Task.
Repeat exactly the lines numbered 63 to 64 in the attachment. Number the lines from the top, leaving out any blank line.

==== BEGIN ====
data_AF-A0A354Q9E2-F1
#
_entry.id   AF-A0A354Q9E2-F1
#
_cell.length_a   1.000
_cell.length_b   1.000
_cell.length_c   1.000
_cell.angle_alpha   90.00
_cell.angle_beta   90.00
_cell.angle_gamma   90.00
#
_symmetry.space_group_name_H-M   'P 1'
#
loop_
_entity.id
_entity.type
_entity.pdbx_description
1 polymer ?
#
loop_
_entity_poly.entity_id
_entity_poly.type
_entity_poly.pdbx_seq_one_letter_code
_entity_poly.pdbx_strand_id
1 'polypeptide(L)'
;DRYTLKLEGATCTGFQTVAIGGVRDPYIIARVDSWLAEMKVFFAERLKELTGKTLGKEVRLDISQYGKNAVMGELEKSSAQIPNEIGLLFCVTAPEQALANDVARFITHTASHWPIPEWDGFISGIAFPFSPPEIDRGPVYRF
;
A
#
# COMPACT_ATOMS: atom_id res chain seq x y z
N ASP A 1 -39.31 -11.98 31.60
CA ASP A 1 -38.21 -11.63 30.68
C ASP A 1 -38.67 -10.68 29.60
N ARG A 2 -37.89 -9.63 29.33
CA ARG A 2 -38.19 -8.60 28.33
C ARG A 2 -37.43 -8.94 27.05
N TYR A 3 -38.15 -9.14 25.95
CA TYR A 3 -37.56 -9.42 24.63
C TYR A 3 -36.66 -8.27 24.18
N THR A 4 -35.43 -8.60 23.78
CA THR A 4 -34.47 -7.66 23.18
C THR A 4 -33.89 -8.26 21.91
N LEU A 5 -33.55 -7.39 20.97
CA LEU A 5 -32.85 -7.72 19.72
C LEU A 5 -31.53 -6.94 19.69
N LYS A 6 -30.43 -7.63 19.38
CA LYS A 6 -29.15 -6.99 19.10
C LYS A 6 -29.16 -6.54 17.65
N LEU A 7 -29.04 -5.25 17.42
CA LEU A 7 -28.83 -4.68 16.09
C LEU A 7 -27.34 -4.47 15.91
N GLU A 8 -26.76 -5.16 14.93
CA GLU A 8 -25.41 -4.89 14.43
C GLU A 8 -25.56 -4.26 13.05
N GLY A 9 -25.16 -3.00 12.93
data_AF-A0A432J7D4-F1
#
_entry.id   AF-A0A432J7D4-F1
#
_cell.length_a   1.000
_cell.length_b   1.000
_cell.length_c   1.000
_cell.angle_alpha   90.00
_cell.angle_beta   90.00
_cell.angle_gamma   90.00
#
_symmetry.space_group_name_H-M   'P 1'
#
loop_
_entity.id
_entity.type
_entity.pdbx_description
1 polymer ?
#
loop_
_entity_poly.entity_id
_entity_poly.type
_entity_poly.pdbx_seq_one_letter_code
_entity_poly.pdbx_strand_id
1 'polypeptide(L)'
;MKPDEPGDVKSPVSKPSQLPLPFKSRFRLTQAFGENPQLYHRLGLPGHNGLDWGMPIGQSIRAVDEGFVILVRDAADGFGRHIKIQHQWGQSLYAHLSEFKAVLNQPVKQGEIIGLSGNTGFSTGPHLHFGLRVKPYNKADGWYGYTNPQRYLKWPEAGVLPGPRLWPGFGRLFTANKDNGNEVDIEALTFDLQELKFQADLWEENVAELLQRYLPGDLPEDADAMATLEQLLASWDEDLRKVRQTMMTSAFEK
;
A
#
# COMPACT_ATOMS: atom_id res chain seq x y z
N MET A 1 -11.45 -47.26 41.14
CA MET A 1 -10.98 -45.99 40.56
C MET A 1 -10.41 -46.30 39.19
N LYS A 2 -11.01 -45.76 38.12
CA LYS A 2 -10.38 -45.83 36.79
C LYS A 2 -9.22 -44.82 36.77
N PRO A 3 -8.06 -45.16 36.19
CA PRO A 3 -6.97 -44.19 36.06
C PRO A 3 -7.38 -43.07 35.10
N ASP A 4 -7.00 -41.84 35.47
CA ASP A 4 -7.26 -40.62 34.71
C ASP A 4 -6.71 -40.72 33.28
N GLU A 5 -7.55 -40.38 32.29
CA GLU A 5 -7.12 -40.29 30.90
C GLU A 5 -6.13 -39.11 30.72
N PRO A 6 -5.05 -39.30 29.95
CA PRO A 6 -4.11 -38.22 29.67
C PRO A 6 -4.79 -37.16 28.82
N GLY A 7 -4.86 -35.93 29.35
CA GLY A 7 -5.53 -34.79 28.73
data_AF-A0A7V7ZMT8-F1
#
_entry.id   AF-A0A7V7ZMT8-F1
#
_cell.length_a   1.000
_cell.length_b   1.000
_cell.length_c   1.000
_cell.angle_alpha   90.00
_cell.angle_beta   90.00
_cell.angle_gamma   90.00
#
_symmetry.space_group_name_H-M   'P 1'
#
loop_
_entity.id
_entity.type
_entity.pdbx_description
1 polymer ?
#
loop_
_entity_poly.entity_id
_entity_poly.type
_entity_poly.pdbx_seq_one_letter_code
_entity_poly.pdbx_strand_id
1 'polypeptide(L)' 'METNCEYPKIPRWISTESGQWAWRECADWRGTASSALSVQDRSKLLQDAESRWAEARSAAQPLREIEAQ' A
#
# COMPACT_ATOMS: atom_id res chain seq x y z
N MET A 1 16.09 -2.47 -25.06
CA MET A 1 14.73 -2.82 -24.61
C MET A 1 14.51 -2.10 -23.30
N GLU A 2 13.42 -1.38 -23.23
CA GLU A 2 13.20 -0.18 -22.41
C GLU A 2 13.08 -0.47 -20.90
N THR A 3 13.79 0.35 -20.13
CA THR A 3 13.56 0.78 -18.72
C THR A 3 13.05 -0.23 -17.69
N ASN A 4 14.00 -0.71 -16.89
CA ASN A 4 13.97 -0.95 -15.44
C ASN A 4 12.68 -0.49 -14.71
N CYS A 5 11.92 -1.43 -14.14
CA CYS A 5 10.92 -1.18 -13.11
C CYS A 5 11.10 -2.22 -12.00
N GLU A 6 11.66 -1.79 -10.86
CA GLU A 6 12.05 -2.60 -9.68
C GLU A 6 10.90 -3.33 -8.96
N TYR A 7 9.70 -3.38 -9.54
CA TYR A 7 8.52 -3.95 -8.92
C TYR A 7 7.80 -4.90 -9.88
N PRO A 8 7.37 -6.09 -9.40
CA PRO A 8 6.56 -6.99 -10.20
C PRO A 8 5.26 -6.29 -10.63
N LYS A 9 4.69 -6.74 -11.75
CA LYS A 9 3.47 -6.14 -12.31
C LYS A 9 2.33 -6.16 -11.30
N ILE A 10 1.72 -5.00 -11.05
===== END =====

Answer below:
_cell.angle_alpha   90.00
_cell.angle_beta   90.00